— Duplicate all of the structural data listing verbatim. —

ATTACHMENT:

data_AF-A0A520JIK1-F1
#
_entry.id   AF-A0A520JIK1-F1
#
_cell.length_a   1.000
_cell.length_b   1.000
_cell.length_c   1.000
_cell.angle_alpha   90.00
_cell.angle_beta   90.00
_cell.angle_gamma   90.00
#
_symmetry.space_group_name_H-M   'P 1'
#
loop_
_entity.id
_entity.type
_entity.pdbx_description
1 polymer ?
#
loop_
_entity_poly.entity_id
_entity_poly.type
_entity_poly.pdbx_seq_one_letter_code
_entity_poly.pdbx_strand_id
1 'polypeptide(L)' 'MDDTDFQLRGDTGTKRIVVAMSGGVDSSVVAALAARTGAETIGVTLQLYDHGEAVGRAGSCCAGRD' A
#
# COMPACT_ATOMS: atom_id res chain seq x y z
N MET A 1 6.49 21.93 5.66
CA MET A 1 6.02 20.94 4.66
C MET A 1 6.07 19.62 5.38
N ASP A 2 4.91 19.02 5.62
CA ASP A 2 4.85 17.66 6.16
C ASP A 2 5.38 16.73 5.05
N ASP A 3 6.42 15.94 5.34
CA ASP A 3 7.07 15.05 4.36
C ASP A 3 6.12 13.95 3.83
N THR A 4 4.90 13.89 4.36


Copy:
data_AF-A0A520JIK1-F1
#
_entry.id   AF-A0A520JIK1-F1
#
_cell.length_a   1.000
_cell.length_b   1.000
_cell.length_c   1.000
_cell.angle_alpha   90.00
_cell.angle_beta   90.00
_cell.angle_gamma   90.00
#
_symmetry.space_group_name_H-M   'P 1'
#
loop_
_entity.id
_entity.type
_entity.pdbx_description
1 polymer ?
#
loop_
_entity_poly.entity_id
_entity_poly.type
_entity_poly.pdbx_seq_one_letter_code
_entity_poly.pdbx_strand_id
1 'polypeptide(L)' 'MDDTDFQLRGDTGTKRIVVAMSGGVDSSVVAALAARTGAETIGVTLQLYDHGEAVGRAGSCCAGRD' A
#
# COMPACT_ATOMS: atom_id res chain seq x y z
N MET A 1 6.49 21.93 5.66
CA MET A 1 6.02 20.94 4.66
C MET A 1 6.07 19.62 5.38
N ASP A 2 4.91 19.02 5.62
CA ASP A 2 4.85 17.66 6.16
C ASP A 2 5.38 16.73 5.05
N ASP A 3 6.42 15.94 5.34
CA ASP A 3 7.07 15.05 4.36
C ASP A 3 6.12 13.95 3.83
N THR A 4 4.90 13.89 4.36